Boon or Bust? Part II: A Dimock couple had high hopes for quick bucks, but ended up in muddy waters

Ron Carter and wife, Jean of Dimock, Pa., were first approached by Cabot Oil and Gas Co. representatives in late August of 2006 with a lease offer that seemed, at the time, to be very lucrative for their 75 acres of land.

The Carters said the various Cabot officials who visited their home – located, ironically, on Carter Road – convinced them that their neighbors had all signed similar deals, and if they refused, Cabot would be drilling for the natural gas lying in the Marcellus Shale under their property anyway.



While he admitted to being uncertain, Ron said he and his wife discussed their options and ultimately agreed to sign on with the company for $25 per acre. The money went toward that year’s property taxes.

But it was a decision the couple has regretted ever since. What followed has haunted the long-time Dimock residents – and 17 nearby neighbors – every day for the past four and a half years.

Following a series of drilling tests – at depths of 8,000, 10,000 and 12,000 feet – Carter said he was informed there was no potential for natural gas drilling on his property. A little over two years later, in September of 2008, drilling commenced at a well just 320 feet from his front porch, right on his property line.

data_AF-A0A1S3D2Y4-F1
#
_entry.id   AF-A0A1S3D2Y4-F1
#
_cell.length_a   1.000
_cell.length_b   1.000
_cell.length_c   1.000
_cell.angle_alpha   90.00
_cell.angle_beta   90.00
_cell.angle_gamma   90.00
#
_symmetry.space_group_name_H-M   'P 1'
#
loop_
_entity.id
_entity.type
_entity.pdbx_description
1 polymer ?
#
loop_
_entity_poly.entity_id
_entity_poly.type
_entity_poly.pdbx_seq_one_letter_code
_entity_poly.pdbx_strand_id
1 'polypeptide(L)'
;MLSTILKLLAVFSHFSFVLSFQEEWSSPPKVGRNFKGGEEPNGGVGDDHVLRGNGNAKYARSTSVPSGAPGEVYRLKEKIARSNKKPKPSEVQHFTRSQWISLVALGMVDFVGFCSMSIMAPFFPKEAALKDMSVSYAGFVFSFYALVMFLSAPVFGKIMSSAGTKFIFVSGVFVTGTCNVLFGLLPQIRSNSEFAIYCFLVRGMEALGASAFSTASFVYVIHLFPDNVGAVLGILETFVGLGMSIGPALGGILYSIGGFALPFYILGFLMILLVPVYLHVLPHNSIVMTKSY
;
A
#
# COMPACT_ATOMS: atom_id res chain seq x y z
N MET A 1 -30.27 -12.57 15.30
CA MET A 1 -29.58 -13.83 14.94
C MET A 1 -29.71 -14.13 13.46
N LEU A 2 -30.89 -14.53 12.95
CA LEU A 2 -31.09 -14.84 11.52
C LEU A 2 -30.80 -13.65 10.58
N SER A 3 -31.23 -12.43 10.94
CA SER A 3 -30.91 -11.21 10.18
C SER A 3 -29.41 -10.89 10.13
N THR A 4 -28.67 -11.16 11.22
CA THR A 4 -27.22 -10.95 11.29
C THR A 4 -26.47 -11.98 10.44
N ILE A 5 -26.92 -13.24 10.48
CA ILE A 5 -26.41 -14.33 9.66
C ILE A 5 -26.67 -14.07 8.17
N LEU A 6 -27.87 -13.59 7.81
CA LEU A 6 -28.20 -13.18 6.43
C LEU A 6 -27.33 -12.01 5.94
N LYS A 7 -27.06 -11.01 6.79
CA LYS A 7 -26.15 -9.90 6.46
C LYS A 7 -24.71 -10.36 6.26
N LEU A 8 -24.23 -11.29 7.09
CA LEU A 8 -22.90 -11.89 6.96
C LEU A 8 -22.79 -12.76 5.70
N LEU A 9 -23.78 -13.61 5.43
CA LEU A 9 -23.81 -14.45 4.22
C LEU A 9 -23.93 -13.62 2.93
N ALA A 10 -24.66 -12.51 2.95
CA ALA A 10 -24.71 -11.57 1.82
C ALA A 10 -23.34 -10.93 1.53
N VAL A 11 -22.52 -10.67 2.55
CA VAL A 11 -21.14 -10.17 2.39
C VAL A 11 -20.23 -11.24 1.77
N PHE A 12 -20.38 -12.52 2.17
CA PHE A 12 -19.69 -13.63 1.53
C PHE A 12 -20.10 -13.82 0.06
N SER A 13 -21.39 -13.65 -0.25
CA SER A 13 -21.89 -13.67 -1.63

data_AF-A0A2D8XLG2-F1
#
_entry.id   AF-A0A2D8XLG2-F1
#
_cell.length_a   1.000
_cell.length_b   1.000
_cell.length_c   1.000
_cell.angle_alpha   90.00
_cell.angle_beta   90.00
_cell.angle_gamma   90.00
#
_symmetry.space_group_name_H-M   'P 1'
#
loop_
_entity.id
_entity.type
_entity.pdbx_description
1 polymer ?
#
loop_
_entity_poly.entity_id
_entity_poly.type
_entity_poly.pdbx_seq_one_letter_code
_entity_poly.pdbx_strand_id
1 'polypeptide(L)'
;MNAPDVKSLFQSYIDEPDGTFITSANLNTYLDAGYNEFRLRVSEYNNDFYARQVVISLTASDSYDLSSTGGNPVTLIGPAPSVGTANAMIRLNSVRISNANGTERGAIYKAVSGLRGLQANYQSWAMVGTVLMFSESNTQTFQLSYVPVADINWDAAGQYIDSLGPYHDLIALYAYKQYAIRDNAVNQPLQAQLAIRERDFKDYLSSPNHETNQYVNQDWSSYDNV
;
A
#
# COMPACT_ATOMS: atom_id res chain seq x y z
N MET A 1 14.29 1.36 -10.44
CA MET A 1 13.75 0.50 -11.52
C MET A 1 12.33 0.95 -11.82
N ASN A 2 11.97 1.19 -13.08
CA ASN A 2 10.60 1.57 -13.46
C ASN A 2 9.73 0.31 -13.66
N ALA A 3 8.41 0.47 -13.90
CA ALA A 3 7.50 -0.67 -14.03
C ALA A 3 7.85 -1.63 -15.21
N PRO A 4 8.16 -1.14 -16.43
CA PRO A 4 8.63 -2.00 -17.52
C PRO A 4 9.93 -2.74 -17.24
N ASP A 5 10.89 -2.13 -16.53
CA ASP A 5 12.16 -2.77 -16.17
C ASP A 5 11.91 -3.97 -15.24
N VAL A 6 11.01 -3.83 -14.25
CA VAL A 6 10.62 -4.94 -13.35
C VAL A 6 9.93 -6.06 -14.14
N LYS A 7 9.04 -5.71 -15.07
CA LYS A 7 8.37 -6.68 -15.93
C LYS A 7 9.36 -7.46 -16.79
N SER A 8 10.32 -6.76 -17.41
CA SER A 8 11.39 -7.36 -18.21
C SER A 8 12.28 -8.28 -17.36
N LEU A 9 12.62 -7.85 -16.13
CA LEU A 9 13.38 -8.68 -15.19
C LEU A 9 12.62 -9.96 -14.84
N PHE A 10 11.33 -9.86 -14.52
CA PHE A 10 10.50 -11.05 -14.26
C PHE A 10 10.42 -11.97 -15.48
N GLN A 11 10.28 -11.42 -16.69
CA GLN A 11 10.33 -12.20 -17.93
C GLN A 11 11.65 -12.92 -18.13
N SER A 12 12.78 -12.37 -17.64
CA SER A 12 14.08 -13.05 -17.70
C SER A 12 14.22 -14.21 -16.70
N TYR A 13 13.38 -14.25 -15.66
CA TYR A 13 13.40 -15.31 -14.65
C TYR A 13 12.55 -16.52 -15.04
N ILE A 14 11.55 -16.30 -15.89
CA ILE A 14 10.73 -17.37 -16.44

And in late October of 2008, the couple said their water began to emit a strange smell and taste increasingly bad.

The Carters are just one of 18 families who are blaming the Cabot Oil and Gas Co. for the contamination of their drinking water due to natural gas drilling and hydraulic fracturing. The horizontal drilling process needed to release natural gas from tight shale formations involves the injection of thousands of gallons of fresh water, sand and chemical additives under high pressure into a well.

“We’ve seen the effects of natural gas drilling and we’ve kept a detailed record ever since,” stated Ron. “We couldn’t use it and we couldn’t shower with it because it coated your skin. We couldn’t drink it or cook with it. We traveled to the Montrose artisan well just so we could have water for both.”


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